In addition, tests were performed to assess the geometry of the contraction itself, with a view to parameterizing the deformation. In the next series, the grid was skeletonized – that is, a mold was created so that the bioplastic was cast only on the grid lines, at a width of 7.5 mm, with the cells of the grid left empty – to observe whether the introduction of void space affects the pattern of contraction. Both series of tests showed that both bioplastics contract uniformly on a per-material basis, with neither the edges nor the center of the panels contracting materially faster or more than the other.




Currently the main industrial application of bioplastics is in disposable objects, such as packaging, cutlery, or shopping bags. There are a few precendent projects which use bioplastics for architectural applications. In our project we wish to investigate the implications of using bioplastic at an architectural scale. And how the temporary nature of bioplastic might respond to its environment and change over time. Another aspect in our research is how we fabricate our designs using additive manufactering at a large scale.


Gernot Rainer AA Pavilion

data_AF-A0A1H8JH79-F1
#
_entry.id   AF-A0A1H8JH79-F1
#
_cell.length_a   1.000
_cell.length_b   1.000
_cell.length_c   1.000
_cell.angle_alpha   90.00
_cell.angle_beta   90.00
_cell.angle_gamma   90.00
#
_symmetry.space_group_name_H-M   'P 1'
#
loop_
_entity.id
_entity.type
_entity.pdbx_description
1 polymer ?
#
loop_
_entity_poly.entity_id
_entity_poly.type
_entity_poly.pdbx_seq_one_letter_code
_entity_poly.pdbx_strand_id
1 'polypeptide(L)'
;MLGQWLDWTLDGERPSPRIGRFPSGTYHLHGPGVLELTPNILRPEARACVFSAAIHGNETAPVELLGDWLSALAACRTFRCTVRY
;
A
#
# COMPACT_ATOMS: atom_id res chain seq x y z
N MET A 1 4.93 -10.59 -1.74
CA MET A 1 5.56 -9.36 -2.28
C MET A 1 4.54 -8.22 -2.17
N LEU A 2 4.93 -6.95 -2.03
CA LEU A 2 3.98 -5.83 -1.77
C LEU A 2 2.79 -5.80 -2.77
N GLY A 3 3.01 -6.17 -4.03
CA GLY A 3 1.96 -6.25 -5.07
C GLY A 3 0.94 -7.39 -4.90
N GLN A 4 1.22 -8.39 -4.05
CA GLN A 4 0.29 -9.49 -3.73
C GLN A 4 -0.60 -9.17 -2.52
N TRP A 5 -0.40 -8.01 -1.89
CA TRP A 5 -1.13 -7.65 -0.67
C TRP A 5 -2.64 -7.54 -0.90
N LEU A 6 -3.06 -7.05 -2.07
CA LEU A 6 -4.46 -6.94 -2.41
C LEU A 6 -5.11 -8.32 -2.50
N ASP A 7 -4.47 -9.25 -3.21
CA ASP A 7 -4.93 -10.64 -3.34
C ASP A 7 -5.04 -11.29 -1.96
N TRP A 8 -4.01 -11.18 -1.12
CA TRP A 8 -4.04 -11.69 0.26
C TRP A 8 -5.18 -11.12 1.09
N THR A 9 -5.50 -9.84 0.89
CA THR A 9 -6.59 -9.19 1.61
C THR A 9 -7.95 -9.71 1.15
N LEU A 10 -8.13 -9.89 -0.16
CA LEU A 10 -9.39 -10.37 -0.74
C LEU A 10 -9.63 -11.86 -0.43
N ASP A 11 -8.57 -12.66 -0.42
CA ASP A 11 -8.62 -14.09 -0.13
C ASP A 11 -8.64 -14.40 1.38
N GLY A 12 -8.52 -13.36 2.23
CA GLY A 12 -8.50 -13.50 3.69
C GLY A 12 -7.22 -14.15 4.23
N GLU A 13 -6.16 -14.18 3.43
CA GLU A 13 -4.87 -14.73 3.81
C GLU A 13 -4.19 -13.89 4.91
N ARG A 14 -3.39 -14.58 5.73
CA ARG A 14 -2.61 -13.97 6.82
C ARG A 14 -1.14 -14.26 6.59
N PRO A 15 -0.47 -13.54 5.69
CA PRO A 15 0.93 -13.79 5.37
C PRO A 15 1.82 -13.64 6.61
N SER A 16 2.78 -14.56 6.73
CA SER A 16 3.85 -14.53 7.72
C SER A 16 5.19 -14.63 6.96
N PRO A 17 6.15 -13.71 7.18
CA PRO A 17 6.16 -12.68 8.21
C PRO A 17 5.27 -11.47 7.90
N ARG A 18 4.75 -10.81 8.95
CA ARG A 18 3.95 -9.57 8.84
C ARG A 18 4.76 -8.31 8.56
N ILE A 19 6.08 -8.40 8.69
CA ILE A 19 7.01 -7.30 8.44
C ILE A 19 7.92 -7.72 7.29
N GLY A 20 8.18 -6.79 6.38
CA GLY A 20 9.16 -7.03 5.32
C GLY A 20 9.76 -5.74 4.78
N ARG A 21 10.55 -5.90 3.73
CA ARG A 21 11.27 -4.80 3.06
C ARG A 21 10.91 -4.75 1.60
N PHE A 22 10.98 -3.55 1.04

PRECEDENT PROJECTS DUS Architects used a bioplastic facade for the Mobile Europe Building in Amsterdam. The bio-plastic can be fully recycled after the six-month presidency is over. This particular bio-plastic was made from linseed oil. The facade was printed locally using a XXL 3D, that can print 2 x 2 x 3.5m. The prototype was created using fused deposition modelling, which is an additive manufactering technique employed by most domestic scale 3D printers. The AIA Pavilion in New Orleans by Gernot Reither is an exmple of how plastics can be used in an affordable and environmentally friendly way. By working in collaboration with scientists in chemistry, architects can work at the scale of molecules to design to redistribute the strucure of matter. Plastics can be considered a parametric material, since its properties can be programmed to suit based on the desired characteristics. The AIA pavillion was made from a glycol-modified polyethylene terephthalate (PETG), which can be produced from recycled plastics or sugar cane. The sugar cane plant has been an itegral part of the Louisiana culture and economy for 200 years. There are environmental benefits in producing PETG from sugar cane. Braskem, a Brazilian chemical group claims that producing one ton of sugar cane ethanol to make polyethylene, removes 2.5 tons of carbon dioxide from the atmosphere, whilst the traditional petrochemical production of plastics would contribute to 3.5 tons of emissions. The ICD ITKE Research Pavilion 2013-2014 was a reference for us in terms of a large scale robotically fabricated prototype, using fiber reinforced polymer. This is an example of how through differentiation of the material deposistion one can achieve a lightweight structure using minimal material.